The provocative headline is a slightly altered quote from Mr. TED Talk, Simon Sinek, author of Start with Why: How Great Leaders Inspire Everyone to Take Action.
Effective leaders know that success depends upon not just a vision or product, but the employees who carry out the vision and build the product day in and day out. That’s why the most successful companies foster cultures that allow their employees to thrive and grow.
A recent PrintWeek online posting supports the premise in an article titled, “Strengthen your bonds with staff and customers.” Writer Rob Gray states: “Businesses exist to make money. But in order for a company to turn a profit, its employees must be clear as to what is being asked of them, and motivated to work in the right way to achieve those objectives.”
To make that happen, Gray adds: “One of the most effective ways of strengthening the bond employees have with the organization and helping them feel positive about what they do is to instill a common purpose by developing and promoting a set of leadership values. The values you choose should be good for both the commercial performance of your business and the happiness and wellbeing of your employees.”
As a world leader in visual and graphics communications, Alliance Franchise Brands has established a set of Core Values and Focus that represent “what we stand for, how we operate, and what we look for in team members, vendors, and franchise members.” The values lead with an overarching focus—Members First—that links stakeholders across the more than 600 locations in the U.S., Canada, and the United Kingdom.
Gray advises that core values should express the character of an organization and reflect the attitudes, aspirations and behavior of the people running it. Given that, the people running Alliance Franchise Brands can best be described as: ethical, trustworthy, can-do, results driven, respecting of others, with a passion for being great which is the mission-driven culture they have created and nurtured for the company.
The article concludes with a practical process to bring values to your business. In short: 1) creating a set of leadership values; 2) communicating your values; 3) making the most of your commitment; and, 4) dealing with breaches.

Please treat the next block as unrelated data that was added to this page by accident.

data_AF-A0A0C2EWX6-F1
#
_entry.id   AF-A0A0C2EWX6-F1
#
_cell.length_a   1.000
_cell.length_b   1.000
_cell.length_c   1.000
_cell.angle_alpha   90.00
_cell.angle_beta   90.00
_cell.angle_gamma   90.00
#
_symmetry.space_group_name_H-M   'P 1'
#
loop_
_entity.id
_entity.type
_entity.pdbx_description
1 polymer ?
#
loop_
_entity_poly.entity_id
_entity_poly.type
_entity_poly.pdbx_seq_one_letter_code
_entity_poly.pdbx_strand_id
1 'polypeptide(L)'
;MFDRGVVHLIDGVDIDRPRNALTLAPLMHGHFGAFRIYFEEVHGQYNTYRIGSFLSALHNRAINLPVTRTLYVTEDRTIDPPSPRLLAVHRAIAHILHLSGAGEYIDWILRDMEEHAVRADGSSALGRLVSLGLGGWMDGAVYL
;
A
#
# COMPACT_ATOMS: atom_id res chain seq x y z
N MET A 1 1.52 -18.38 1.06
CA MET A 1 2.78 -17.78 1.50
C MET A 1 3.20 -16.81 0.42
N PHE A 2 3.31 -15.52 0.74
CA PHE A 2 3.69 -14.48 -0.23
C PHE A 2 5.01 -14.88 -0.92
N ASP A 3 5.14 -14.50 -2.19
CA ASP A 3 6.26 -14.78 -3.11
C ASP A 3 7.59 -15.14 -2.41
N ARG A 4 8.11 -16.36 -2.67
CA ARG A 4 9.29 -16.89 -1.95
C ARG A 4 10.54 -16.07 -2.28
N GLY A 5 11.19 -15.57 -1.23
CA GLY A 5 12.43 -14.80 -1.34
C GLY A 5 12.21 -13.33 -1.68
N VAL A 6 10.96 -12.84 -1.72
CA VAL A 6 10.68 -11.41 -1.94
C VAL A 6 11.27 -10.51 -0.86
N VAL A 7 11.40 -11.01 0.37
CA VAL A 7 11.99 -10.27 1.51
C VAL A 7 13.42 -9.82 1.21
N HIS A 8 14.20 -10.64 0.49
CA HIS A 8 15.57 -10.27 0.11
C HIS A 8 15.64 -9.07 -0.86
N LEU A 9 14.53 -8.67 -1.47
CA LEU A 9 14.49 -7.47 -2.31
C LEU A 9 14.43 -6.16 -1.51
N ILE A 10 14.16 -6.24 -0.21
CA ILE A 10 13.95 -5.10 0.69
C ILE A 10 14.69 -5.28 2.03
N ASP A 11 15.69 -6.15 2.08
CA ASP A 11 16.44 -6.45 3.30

Under “communicating your values,” Gray cautions: “Do not communicate your values once and then turn off the tap. They should be communicated on an ongoing basis so that they become hardwired into the business rather than forgotten about. Team meetings and group discussions are an excellent forum for reinforcing values.”
Kevin Cushing, president, Marketing & Print Division of Alliance Franchise Brands, in a blog post on PrintingImpressions speaks to a method of communicating values that he started early in his career titled, “Communication is a Key Ingredient to Your Company Culture.”
“I regularly meet with several team members at a time, over a brown bag lunch, in one of our conference rooms. The group’s makeup varies and is typically people from different parts of the organization who may work together frequently or not,” says Kevin. “I walk out of these lunches feeling great about our team, happy to have learned more about their childhoods, travel, families, previous jobs, hobbies—all the things that make us who we are. I also get a lot of great feedback and ideas about our work. Many of the suggestions, often about building culture, we can put into practice right away. I highly recommend this type of thing. When everyone has the freedom to use their voices, it’s amazing how much you hear—face to face—when you listen.”
Creating a culture of happy, empowered, curious and mission-driven people is critical to the success of any organization. And in the end, as David Cummings, co-founder of Pardot says: “Corporate culture is the only sustainable competitive advantage that is completely within the control of the entrepreneur.”